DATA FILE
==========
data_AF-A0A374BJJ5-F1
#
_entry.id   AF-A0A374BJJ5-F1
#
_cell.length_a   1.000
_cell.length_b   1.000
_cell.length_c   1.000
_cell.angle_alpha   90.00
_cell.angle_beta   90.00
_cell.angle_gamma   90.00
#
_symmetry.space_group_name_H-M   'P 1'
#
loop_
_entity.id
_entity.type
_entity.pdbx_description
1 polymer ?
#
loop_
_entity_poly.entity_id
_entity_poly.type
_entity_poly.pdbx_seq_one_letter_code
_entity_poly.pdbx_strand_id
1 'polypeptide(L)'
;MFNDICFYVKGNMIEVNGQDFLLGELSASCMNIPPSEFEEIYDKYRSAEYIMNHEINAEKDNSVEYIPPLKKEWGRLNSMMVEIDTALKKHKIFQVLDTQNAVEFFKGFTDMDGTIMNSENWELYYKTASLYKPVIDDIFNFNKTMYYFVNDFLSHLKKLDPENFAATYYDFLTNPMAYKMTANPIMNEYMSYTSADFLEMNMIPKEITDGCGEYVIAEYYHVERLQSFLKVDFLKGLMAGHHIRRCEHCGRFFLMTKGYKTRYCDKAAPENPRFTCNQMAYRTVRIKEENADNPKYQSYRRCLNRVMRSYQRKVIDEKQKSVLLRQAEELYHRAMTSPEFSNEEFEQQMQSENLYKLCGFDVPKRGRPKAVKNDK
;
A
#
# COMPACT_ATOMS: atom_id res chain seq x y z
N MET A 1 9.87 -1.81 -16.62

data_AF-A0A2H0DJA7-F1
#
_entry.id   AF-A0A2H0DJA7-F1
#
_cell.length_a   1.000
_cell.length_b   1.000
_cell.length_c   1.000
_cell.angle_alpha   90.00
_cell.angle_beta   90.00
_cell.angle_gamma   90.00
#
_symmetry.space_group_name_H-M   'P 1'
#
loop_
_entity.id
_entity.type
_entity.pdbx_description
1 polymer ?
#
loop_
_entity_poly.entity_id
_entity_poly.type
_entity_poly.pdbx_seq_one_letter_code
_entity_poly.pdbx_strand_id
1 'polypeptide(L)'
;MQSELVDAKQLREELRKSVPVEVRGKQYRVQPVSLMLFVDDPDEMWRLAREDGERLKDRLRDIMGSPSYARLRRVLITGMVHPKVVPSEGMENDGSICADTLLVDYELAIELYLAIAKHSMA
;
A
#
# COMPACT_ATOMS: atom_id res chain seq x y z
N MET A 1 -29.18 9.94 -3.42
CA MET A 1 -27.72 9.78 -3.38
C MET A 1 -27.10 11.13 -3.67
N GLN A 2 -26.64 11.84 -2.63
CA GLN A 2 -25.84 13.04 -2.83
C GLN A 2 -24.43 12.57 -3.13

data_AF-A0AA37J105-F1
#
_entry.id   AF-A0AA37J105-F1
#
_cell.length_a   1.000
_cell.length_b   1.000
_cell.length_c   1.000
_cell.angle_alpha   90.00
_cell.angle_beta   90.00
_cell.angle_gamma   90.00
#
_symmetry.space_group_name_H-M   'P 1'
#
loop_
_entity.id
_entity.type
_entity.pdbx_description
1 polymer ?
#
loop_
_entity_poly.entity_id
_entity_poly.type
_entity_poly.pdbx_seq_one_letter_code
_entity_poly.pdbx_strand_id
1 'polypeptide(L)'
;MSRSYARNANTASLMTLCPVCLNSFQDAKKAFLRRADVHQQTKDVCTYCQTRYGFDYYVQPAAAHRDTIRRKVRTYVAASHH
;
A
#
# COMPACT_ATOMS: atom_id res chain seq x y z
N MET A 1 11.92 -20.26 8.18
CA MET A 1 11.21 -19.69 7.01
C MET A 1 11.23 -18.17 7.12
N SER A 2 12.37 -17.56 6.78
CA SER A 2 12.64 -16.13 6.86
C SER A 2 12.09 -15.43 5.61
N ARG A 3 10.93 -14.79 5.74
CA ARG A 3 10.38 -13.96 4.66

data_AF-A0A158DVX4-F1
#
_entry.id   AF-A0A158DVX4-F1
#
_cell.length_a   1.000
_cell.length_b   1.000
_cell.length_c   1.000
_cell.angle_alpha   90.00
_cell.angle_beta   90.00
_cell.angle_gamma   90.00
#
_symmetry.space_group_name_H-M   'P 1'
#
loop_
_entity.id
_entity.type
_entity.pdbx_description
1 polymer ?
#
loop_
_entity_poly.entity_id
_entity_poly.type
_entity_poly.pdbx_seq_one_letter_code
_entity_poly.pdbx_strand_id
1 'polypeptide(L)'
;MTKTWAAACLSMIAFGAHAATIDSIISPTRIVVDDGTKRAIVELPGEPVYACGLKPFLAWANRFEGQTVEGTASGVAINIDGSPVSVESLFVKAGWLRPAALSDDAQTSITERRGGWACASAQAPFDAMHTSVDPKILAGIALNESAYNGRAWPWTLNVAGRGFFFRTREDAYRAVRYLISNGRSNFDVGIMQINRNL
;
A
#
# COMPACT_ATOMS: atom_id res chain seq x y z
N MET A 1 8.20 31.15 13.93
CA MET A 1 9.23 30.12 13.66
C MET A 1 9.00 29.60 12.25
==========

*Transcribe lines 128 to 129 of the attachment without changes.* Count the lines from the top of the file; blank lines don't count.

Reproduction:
_entity_poly.pdbx_seq_one_letter_code
_entity_poly.pdbx_strand_id